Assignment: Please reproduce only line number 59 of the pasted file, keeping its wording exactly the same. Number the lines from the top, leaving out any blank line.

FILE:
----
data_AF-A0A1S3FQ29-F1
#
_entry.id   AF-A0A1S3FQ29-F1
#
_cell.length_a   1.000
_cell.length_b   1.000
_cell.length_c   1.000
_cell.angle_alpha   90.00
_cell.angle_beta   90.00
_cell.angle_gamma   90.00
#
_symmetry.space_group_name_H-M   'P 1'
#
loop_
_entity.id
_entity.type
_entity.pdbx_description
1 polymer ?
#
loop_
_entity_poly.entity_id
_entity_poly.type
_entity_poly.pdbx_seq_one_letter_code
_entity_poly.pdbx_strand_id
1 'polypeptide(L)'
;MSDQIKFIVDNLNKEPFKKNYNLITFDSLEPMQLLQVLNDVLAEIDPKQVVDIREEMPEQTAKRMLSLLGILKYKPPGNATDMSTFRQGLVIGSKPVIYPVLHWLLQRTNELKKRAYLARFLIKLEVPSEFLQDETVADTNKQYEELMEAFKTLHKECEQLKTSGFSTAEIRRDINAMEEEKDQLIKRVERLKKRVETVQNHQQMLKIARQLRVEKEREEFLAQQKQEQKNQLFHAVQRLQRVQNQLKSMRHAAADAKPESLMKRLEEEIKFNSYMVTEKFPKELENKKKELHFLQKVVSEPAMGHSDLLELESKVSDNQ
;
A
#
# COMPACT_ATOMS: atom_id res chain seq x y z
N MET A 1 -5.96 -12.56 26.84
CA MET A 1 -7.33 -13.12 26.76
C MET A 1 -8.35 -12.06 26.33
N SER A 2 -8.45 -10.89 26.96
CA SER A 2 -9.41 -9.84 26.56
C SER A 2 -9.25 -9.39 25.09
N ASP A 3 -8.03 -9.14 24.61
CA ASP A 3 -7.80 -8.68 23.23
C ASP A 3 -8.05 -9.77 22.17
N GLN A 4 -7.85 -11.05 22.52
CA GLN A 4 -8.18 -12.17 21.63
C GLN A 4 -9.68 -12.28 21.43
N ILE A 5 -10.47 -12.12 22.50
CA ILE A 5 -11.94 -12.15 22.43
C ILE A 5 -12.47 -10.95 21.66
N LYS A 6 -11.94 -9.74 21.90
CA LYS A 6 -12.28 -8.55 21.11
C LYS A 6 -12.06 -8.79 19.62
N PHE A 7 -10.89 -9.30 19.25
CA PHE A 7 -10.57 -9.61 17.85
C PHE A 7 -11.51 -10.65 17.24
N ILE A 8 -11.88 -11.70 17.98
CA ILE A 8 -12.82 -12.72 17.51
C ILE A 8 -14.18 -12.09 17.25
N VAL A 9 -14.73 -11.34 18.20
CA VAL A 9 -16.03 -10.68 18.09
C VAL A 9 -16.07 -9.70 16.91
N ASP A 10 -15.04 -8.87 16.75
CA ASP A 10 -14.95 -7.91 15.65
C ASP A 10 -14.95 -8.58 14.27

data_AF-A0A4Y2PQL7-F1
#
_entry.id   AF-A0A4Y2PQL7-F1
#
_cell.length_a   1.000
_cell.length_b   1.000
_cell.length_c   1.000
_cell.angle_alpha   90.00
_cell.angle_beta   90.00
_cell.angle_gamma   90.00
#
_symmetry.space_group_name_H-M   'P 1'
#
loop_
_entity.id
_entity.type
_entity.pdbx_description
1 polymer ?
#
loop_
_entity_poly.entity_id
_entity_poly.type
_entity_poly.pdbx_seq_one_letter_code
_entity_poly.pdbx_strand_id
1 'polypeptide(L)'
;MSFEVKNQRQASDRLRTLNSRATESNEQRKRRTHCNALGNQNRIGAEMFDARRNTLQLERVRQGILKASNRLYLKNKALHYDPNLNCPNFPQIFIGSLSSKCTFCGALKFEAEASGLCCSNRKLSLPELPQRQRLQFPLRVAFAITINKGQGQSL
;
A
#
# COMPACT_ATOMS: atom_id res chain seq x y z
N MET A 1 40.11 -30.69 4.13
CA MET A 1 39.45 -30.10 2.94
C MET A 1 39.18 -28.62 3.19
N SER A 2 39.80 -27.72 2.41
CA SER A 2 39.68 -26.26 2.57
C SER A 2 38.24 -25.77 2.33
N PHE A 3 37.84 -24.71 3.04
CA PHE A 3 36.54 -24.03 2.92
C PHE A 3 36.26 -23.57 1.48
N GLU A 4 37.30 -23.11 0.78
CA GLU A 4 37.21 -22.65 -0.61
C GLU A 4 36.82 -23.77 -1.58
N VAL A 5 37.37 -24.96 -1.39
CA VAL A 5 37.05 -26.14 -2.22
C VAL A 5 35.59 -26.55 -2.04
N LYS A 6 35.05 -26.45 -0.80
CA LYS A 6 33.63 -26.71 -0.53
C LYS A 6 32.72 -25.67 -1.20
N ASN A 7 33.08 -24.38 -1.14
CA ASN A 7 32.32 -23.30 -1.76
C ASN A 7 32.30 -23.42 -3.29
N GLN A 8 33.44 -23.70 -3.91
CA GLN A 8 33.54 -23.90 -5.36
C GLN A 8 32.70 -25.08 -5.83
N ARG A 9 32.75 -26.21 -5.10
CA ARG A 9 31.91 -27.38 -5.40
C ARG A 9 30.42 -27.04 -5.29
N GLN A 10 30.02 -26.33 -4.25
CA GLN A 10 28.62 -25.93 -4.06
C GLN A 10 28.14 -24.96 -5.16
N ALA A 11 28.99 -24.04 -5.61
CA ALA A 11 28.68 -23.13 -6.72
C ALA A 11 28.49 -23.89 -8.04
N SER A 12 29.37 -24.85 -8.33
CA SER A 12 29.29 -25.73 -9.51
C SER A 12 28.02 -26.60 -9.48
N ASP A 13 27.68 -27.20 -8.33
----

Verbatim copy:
CA ASP A 10 -14.95 -7.91 15.65